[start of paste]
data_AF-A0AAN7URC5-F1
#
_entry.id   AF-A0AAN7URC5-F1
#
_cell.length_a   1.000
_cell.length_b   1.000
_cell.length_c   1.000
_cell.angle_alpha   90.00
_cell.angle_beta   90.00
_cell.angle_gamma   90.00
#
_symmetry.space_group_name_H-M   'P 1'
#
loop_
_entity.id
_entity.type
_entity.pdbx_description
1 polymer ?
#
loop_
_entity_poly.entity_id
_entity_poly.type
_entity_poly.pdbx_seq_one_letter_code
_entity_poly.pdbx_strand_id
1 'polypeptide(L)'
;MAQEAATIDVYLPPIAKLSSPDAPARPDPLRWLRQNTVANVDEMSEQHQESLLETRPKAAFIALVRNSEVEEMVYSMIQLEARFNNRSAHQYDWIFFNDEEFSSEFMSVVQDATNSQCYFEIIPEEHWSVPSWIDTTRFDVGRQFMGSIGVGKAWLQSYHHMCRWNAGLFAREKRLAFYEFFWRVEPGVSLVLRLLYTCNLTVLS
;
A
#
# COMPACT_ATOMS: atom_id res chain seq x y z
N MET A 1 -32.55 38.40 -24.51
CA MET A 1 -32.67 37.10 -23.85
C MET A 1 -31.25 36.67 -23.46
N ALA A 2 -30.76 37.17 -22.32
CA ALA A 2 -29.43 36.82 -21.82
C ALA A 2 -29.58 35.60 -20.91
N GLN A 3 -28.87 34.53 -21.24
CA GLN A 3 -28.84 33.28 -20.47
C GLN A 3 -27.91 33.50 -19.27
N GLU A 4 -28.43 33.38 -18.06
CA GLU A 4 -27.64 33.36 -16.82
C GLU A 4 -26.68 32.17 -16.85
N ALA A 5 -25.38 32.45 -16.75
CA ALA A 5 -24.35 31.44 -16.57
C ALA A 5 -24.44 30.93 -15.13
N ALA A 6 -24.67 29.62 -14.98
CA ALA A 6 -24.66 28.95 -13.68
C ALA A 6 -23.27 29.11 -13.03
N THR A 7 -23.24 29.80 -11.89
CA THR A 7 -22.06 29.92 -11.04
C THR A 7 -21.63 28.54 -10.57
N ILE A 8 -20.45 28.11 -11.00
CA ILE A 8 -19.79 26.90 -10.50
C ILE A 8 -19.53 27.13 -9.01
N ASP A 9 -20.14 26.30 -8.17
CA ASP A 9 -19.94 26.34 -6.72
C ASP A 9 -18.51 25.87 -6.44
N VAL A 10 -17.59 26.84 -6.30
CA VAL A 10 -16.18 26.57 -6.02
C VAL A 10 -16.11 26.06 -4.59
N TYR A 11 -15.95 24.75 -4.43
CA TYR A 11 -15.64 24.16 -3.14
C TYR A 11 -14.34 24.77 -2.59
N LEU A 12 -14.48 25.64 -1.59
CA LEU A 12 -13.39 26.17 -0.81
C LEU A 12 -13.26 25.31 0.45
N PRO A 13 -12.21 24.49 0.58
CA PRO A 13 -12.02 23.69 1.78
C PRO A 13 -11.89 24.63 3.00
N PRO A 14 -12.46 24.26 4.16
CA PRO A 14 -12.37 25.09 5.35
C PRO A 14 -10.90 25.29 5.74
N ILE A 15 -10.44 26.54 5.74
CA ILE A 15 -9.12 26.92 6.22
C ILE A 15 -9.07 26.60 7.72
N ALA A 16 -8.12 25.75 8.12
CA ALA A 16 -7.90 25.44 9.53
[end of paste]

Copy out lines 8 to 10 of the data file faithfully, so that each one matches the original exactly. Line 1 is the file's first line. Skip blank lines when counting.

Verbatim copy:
_cell.angle_alpha   90.00
_cell.angle_beta   90.00
_cell.angle_gamma   90.00